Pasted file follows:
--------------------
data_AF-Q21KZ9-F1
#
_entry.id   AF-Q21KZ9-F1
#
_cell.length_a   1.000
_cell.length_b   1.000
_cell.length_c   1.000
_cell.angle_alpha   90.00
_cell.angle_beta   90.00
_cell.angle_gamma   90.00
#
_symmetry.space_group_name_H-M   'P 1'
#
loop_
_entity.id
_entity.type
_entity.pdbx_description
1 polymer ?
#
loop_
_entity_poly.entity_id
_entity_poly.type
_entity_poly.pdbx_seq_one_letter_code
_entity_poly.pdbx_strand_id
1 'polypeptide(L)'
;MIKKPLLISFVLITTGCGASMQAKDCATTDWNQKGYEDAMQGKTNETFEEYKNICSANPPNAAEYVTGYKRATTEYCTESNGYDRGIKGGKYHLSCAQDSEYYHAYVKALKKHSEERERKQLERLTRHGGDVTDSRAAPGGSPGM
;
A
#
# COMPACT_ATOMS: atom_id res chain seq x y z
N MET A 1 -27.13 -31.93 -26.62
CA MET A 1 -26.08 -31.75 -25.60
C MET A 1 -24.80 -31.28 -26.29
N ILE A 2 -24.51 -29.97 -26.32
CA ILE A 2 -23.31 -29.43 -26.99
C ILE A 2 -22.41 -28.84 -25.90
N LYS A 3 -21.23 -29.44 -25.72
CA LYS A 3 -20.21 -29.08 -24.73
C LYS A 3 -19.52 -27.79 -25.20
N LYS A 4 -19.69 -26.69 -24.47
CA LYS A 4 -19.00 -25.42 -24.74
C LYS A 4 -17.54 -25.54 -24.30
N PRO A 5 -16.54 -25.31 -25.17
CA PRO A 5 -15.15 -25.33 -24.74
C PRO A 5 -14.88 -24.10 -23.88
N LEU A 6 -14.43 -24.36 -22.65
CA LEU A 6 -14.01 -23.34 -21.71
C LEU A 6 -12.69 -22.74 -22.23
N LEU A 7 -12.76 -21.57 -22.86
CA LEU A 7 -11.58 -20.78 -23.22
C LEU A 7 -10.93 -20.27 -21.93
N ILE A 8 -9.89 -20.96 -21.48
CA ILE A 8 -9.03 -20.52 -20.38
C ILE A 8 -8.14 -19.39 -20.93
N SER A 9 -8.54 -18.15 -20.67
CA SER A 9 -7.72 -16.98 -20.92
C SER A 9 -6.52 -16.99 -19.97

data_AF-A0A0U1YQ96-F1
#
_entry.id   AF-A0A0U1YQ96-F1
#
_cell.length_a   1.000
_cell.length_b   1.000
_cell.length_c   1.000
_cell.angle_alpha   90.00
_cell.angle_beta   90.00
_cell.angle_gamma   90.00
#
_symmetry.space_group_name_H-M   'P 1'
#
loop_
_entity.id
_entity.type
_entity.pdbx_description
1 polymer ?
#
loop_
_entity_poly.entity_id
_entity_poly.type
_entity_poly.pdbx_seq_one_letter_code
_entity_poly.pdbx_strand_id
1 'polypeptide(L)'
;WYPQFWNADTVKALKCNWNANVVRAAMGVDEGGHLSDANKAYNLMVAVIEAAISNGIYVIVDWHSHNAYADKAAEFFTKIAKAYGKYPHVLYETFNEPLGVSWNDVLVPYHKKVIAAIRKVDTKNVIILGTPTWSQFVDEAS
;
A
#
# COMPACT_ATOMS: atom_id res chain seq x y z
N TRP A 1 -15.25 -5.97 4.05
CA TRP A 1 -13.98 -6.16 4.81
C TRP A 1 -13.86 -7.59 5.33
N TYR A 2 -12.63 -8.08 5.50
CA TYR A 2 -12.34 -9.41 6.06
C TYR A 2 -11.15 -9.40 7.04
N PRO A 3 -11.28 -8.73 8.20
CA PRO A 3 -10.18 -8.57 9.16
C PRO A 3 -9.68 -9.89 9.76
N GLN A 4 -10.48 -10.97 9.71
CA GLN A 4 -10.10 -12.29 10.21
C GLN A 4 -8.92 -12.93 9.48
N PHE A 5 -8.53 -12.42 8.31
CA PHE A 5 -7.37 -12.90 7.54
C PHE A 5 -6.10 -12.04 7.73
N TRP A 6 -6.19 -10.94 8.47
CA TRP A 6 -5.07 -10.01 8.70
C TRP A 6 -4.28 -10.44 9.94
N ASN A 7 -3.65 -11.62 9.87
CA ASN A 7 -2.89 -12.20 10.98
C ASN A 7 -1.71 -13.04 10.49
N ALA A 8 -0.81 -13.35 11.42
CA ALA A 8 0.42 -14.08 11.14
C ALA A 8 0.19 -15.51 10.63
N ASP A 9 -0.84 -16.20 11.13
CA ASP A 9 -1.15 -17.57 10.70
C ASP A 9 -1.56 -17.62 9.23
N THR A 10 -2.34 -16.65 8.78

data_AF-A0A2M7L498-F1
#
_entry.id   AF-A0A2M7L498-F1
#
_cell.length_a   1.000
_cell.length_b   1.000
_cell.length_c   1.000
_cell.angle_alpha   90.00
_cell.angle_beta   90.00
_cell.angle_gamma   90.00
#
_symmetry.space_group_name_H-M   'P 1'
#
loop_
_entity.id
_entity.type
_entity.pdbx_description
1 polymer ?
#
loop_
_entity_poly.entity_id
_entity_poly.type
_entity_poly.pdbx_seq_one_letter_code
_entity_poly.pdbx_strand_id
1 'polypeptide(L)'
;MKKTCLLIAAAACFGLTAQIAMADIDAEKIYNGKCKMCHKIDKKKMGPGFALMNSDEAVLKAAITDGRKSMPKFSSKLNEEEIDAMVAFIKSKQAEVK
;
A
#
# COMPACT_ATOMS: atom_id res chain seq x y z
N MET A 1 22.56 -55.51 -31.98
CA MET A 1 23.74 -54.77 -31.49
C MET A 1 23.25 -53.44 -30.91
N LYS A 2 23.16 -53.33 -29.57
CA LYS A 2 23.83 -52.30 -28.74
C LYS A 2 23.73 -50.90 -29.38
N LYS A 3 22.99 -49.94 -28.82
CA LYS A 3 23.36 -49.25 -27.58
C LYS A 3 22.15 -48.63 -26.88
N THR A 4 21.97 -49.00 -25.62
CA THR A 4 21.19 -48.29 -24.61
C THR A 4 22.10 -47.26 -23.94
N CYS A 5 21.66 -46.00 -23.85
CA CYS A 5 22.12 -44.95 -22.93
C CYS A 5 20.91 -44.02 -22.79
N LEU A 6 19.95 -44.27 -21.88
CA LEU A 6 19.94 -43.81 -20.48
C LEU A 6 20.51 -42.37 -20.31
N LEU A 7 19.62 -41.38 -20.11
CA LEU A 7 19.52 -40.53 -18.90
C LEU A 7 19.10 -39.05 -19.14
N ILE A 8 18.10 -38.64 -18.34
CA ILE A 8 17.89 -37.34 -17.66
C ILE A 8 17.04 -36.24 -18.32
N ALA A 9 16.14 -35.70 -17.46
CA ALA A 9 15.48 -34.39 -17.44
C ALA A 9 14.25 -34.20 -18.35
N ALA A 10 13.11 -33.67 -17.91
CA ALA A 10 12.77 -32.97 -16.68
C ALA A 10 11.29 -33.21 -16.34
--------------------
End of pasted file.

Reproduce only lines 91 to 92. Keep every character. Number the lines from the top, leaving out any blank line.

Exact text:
N TYR A 2 -12.63 -8.08 5.50
CA TYR A 2 -12.34 -9.41 6.06